How that skin is functioning at any given time can be influenced by many things, and our goal is to bring all elements into consideration and influence your skin to behave better.
What you DO have is a primary skin condition. This refers to how your skin is today, in general, and how it is likely to be at anytime your health takes a dive, or stress comes into your life.
These primary conditions are not seen in all skins, and most people are just ‘normal’.
So why don’t most people have amazing skin?
It begins with the fact we live in an environment full of industrial chemicals and the hallmarks of human progress: air pollution, air conditioning, topically applied products to make us smell nice, and cover our faces in costuming (makeup, which I love by the way.)
Short of retreating to the forests, we need to acknowledge our skins are under constant assault from a man-made world. We have invented this world full of cars and cities, at a faster rate than we have evolved our skins to cope with it.
Evolution takes hundreds of thousands of years. It’s possible that white people would eventually evolve their skins to survive in the desert climate of Australia, and that city-dwellilng people would evolve to survive the effects of exhaust fumes on their skins, but we can’t wait for evolution – we will be dead. In fact evolution of this kind would probably simply involve white-skinned people dying of skin cancer and natural selection changing the average colour of people who live here back to the skintone of the original inhabitants, the Koori people.
So here we are in the modern world, with all it’s benefits and challenges. We are applying a myriad of cosmetics to ourselves and wondering why – why! – we aren’t glowing like a magazine model.
The good news is that side by side with these advances in technology we have advances which tell us about the skins responses to them, and the invention of high tech skincare to protect against the world we made, and the places many of us migrated to.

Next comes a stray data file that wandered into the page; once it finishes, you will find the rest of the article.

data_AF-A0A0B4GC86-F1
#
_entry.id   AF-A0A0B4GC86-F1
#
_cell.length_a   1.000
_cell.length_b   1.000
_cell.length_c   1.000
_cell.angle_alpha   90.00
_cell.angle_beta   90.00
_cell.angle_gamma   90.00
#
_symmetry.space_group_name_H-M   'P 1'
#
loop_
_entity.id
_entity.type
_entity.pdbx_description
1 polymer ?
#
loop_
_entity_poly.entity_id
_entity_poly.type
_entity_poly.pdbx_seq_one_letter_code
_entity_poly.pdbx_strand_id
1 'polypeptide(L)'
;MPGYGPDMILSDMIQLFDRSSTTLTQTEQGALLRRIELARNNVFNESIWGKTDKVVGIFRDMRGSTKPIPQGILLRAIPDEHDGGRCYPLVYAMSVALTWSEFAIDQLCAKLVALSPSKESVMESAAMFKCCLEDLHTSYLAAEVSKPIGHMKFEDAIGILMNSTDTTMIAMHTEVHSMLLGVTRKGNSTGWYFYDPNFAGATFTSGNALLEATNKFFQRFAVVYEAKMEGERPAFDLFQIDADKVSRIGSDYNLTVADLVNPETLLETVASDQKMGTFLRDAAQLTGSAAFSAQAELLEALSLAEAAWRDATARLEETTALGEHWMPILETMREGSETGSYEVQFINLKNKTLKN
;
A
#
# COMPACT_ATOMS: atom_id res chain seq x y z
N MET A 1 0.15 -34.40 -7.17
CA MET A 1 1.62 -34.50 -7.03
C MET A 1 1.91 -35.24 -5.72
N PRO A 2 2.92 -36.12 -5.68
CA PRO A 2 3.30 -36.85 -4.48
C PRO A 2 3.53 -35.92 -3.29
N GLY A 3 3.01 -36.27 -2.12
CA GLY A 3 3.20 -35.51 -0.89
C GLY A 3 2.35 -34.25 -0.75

Navigating which of these to apply is about first identifying a professional with a sound education in skin science, as well as general science. We understand the material world through science and it must be respected and referenced as our greatest power in seeking skin health.
Your facialist will consult with you about your genetics, lifestyle, diet and emotional states. What you are using on the skin is so important to disclose, as it is basically a chemistry equation in live action. Empowered with all this information we create a skincare routine that not only acknowledges the base starting point of genetics, but takes into account the type of environment you personally experience each day.
Your skin will become healthier when we remove the inappropriate skincare from it, and apply the right mix of chemistry to it.
Everyday I speak to people who are using ‘chemical free’ skincare.
Darling, there is no such thing, and it’s an insult to your intelligence when a company claims this.
Water is a chemical.
Oxygen is a chemical.
Potassium. A chemical.
Magnesium. A chemical.
Nobody likes to hear about chemicals on their skin these days. We are terrifed of the word ‘chemical’. This is indicative of the fear based marketing of ‘natural’ skincare companies.
While they will tell us ‘everyone knows what we mean when we say chemical-free’ I disagree. Many people I meet actually believe that there is ‘natural’ and ‘chemical’ and that merely by claiming ‘no chemicals’ a product is good.
As someone who was deeply ingrained in the organic skincare movement in NZ overe 15 years ago, I can tell you that most of the ingredients claimed to be helpful in ‘natural’ skincare will in fact give you photo damage over time.
The very worst culprits are the essential oils plonked into base blends of oil and water, and claiming to treat everything from eczema to wrinkles. Jesus wept.
If you are living in a high UV climate such as Australia, god help your skin if you apply essential oils. The majority of them are toxic under UV exposure and worse than that, are sitting in place of something else – the better skincare you could have chosen.
We need to expect a higher standard of truthful language so consumers can understand what is being said.